Article published in The San Francisco Chronicle
Promising to improve California’s public schools, the newly elected president of the California Federation of Teachers has just pledged to “weigh in on the issues of the day — ending the war in Iraq, cleaning up the environment, implementing a single-payer universal health care system, protecting people’s personal and civil rights, and having a progressive tax system.” If you’re wondering what these issues have to do with education, you’re not alone.
Across America, there are more than 3 million public school teachers, most of whom are organized through the National Education Association and the American Federation of Teachers. As the nation’s two largest labor unions, they wield enormous political influence and aren’t afraid to use it. Much of this power comes through the dues union leaders deduct from teachers’ paychecks — supposedly to improve the working conditions of the teachers they represent.
In California, for example, the state teachers association represents 340,000 workers and collects more than $150 million each year in mandatory dues. This power also comes from taxpayer subsidies and other unfair benefits that unions have negotiated through collective bargaining agreements in school districts across the nation.
Earlier this year, the National Center for Teacher Quality launched an online database of union agreements for America’s 50 largest school districts — www.nctq.org/cb/. Although this database is a huge step toward better transparency and accountability, teachers unions haven’t exactly been thrilled. As it turns out, the teachers unions enjoy excessive perks that often run counter to interests of students and teachers alike. Similar perks are enjoyed by some union members in private employment, but taxpayers don’t foot the bill for them.
In many of the nation’s largest districts, including San Francisco, a teacher who decides against joining the local union is required by contract to pay a fee to that union. Another perk is paid leave for teachers to conduct all sorts of union business. According to the database, the overwhelming majority of the nation’s largest school districts grant such leave, which is terribly costly to school districts — siphoning away money that could be used to buy additional textbooks or raise teacher pay.
In many districts, contracts also mandate an allotment of time at faculty meetings to discuss union matters. Some districts are contractually obligated to allow unions free use of equipment like copy machines, telephones and computers — even during a teacher strike.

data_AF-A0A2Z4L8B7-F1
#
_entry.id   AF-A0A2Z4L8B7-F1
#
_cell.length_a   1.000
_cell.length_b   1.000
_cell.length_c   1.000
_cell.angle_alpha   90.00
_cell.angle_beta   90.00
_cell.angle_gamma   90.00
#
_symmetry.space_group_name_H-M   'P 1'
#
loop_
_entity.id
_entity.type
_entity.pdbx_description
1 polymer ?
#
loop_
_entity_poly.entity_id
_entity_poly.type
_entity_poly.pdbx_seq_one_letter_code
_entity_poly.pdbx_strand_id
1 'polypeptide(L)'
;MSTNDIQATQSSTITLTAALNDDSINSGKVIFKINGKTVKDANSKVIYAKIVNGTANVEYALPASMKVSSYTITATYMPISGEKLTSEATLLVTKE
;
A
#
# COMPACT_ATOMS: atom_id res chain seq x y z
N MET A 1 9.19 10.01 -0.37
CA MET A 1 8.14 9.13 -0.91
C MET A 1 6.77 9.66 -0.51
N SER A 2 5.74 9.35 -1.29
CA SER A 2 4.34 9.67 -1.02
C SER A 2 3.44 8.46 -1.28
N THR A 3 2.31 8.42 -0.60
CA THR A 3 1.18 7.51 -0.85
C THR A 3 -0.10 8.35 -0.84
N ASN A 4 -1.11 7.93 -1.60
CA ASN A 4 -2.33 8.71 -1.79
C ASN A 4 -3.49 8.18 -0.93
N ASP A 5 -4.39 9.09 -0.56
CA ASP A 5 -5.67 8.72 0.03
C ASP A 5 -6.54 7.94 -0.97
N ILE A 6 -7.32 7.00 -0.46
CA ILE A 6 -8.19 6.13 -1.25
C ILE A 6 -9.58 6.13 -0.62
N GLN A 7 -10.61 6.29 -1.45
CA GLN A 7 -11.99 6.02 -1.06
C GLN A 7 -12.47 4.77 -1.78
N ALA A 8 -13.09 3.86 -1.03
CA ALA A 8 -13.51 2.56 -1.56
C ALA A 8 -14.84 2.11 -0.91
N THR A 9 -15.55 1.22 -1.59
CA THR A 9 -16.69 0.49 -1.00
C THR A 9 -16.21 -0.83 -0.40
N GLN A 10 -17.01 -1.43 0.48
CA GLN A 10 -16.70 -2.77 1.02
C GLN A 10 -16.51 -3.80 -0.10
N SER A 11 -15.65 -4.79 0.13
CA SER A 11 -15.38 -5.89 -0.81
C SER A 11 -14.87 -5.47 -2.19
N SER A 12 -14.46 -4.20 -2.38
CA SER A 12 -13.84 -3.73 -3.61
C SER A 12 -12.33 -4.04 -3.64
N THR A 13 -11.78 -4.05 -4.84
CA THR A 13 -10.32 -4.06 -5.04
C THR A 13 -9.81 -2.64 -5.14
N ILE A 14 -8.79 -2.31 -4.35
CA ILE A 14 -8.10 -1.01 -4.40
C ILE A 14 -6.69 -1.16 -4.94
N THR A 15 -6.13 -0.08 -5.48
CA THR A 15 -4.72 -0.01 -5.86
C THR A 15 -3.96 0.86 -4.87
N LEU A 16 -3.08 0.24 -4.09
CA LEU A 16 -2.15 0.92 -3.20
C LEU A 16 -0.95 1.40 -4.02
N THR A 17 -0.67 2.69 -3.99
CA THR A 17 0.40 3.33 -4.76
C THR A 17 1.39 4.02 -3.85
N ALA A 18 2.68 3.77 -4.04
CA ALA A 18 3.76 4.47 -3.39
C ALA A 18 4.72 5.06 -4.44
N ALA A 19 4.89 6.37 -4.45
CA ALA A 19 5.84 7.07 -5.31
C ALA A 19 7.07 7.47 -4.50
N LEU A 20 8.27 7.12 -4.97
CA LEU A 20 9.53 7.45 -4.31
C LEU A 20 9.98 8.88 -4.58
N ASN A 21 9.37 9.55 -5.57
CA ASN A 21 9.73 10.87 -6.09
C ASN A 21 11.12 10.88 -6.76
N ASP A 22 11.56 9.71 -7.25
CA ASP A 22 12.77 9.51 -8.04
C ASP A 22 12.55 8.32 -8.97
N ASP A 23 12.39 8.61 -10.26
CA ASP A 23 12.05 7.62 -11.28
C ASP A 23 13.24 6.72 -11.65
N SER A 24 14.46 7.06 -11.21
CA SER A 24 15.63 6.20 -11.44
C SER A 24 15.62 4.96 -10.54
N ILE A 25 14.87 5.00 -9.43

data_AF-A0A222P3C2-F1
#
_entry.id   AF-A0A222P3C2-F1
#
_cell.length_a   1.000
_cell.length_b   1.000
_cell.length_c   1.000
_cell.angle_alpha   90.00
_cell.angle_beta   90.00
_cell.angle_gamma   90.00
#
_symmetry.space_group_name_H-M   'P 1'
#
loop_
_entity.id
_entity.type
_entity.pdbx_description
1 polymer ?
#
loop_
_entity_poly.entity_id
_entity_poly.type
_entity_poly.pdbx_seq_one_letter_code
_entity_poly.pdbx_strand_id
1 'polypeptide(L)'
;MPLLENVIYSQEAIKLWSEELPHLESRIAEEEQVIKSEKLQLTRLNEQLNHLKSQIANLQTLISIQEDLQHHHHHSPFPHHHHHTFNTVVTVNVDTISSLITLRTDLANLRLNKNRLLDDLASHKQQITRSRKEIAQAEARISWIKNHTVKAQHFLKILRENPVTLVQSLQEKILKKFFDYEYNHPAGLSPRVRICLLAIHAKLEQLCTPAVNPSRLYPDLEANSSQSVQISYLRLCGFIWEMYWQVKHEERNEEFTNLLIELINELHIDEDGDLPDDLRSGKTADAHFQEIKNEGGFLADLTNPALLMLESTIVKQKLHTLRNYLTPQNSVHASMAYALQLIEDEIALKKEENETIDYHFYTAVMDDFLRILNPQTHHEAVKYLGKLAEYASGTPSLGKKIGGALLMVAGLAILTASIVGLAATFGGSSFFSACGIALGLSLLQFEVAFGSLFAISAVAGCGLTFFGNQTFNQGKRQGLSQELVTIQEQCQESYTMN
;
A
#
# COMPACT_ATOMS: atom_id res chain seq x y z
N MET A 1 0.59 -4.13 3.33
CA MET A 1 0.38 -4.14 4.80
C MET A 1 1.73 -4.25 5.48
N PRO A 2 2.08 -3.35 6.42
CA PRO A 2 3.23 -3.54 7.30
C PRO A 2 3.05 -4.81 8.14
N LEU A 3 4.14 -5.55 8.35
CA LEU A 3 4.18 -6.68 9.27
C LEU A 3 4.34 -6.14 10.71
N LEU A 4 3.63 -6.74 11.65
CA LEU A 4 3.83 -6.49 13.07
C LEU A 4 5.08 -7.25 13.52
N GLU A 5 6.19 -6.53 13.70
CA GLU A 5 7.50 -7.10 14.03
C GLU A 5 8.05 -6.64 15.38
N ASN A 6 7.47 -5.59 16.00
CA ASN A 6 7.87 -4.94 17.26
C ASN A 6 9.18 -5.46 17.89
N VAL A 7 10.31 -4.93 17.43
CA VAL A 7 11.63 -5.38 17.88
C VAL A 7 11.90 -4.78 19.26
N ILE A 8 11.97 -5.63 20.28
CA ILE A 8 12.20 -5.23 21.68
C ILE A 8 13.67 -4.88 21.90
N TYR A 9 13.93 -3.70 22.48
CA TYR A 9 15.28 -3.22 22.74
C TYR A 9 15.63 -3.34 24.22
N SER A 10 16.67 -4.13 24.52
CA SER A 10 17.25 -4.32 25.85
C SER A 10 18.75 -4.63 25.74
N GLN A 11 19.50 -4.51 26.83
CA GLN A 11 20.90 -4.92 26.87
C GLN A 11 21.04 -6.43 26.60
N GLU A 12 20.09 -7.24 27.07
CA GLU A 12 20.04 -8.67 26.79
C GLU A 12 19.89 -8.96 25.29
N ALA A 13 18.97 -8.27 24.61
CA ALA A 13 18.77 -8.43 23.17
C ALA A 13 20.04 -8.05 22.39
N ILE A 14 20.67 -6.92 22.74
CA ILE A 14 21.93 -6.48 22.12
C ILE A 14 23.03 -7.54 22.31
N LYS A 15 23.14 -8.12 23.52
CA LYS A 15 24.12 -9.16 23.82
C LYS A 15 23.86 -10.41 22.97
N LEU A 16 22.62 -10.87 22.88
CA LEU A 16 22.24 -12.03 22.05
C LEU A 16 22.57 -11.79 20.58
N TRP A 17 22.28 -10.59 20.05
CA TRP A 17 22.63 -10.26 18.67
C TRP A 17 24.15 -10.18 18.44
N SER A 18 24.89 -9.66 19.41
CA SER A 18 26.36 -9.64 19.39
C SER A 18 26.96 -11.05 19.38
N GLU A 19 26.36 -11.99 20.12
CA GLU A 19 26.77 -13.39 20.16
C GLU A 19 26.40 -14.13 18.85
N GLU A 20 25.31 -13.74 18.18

Contracts often allow teachers and other union representatives to use a school district’s internal mail system for union correspondence, so the union doesn’t have to pay for postage. And this generally holds true no matter the content of the mail. Union dues are automatically withheld from teacher paychecks in thousands of districts across the country. This is a major perk for the unions and saves them the substantial expense of collecting fees from their members.
But is it appropriate for the government to collect money on the union’s behalf? Disturbingly, many of these funds wind up promoting a one-sided political agenda, as the new president of the California Federation of Teachers has made quite clear.
Last year alone, the NEA used its member dues to donate millions of dollars to partisan groups like Jesse Jackson’s Rainbow/PUSH Coalition, People for the American Way and leading Democratic polling firms.
And even though unions can no longer contribute directly to political action committees, the NEA and AFT have contributed funds to the Democratic National Committee, the Democratic Leadership Council and other partisan causes. Union leaders might be happy about those donations, but are they a fair use of resources derived from public funds?
Teacher unions supposedly exist to improve the working conditions of the teachers they represent. In reality, however, they often promote an aggressive political agenda that doesn’t reflect the interests of their members, let alone the local school districts.
Performance-based pay for teachers is a prime example. In the nation’s inner-city schools, the best teachers often leave for better salaries, nicer neighborhoods and less-stressful work. Merit pay, however, makes it possible for these schools to retain good teachers by paying them more. But the unions fight tooth-and-nail against such measures.
All of these perks taken together represent a staggeringly large taxpayer subsidy to teachers unions. And now that the National Center for Teacher Quality has made all this information available to the public, the full scope of the subsidy is there for all to see. Those who seek to improve the quality of our nation’s public schools — parents, teachers and the local school board members who negotiate these contracts — have a lot of homework to do.
David White is an adjunct scholar at the Lexington Institute, a public policy research organization based in Arlington, Va.
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